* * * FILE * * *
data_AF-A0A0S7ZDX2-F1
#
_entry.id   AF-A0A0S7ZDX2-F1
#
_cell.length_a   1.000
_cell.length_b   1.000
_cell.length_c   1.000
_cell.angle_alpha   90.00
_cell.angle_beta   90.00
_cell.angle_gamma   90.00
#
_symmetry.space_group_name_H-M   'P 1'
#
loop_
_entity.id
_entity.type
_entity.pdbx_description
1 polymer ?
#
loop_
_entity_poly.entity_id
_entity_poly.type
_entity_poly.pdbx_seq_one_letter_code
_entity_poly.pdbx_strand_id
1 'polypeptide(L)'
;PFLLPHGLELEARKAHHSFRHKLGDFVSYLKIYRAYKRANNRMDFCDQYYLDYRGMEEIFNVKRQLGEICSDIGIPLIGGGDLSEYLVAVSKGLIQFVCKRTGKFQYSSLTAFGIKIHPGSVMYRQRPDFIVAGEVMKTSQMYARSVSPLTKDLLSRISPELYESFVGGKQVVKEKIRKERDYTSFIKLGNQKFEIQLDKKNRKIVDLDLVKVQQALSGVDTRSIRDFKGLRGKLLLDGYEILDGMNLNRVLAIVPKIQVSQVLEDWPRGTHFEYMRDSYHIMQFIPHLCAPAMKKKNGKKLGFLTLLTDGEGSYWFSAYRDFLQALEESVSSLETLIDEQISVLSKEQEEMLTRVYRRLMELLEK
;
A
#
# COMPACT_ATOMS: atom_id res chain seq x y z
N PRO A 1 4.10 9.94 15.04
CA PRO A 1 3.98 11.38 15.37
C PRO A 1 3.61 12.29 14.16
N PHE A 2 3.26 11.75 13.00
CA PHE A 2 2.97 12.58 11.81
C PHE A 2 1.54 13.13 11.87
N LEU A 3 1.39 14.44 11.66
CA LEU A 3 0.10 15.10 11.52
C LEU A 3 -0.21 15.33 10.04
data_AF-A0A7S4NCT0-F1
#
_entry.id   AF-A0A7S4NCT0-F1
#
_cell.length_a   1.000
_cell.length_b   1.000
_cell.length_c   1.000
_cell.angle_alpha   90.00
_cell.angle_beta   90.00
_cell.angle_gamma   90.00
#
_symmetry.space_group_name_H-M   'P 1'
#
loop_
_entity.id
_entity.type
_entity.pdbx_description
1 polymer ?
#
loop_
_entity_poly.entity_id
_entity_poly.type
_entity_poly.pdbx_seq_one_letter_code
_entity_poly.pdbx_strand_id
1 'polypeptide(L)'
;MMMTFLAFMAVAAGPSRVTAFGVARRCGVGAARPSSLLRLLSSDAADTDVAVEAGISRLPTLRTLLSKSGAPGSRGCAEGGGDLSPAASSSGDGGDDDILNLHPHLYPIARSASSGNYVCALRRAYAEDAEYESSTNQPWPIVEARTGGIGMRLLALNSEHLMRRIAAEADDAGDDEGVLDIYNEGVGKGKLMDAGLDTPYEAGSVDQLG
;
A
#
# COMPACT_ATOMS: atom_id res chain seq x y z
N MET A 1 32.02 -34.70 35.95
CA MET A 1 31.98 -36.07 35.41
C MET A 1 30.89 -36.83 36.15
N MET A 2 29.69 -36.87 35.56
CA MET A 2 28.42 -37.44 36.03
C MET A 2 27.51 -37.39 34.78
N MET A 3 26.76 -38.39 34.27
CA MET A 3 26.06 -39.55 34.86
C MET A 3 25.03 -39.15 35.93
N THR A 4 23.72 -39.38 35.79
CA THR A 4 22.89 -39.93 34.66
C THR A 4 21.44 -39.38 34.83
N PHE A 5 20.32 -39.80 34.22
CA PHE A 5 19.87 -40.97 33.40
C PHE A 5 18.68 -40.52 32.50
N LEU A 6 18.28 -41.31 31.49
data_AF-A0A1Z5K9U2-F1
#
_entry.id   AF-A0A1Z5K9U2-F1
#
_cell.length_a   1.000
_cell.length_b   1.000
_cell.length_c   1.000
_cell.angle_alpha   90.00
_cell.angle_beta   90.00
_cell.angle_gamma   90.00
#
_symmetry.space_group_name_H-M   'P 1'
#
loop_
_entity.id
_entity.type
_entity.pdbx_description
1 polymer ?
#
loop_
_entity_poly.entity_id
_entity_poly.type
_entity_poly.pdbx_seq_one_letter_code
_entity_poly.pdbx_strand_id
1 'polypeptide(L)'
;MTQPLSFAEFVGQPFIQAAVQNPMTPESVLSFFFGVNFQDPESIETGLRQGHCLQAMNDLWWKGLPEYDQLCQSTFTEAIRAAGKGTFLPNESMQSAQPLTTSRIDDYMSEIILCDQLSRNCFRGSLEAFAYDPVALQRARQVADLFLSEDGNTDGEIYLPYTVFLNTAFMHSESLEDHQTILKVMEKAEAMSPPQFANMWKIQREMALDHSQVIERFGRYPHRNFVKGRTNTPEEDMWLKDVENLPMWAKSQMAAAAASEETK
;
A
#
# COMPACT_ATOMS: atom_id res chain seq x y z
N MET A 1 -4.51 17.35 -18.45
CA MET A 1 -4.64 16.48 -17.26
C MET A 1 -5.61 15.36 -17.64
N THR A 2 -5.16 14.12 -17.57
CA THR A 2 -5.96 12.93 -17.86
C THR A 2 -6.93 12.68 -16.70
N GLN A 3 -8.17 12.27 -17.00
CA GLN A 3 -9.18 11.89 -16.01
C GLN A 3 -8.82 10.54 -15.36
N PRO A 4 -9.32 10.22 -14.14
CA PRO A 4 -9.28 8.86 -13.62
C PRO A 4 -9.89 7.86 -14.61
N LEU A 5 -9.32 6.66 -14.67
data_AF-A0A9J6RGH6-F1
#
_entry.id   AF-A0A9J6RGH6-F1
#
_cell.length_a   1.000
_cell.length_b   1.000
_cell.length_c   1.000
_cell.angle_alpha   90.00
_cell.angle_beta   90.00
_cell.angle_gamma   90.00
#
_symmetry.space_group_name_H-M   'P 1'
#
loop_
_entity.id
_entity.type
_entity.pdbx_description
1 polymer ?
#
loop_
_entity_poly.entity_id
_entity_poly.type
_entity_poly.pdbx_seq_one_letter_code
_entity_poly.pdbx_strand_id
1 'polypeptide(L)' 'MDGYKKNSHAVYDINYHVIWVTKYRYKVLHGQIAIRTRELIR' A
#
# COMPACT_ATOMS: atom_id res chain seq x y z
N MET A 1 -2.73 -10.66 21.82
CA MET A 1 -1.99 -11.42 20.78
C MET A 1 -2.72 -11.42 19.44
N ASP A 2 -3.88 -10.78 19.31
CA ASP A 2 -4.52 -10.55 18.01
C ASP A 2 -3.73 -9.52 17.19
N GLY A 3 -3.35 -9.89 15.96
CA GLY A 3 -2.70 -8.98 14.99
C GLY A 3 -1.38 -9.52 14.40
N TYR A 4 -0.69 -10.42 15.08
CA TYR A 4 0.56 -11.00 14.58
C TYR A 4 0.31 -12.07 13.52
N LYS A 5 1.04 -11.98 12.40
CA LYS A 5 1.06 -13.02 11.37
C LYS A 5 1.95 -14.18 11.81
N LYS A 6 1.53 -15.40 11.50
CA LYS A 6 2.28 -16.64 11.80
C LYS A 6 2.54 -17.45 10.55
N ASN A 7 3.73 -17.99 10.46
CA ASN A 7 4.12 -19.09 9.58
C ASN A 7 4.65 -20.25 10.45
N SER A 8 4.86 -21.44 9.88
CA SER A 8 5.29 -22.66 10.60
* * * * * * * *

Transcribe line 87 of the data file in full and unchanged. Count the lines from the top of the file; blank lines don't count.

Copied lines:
#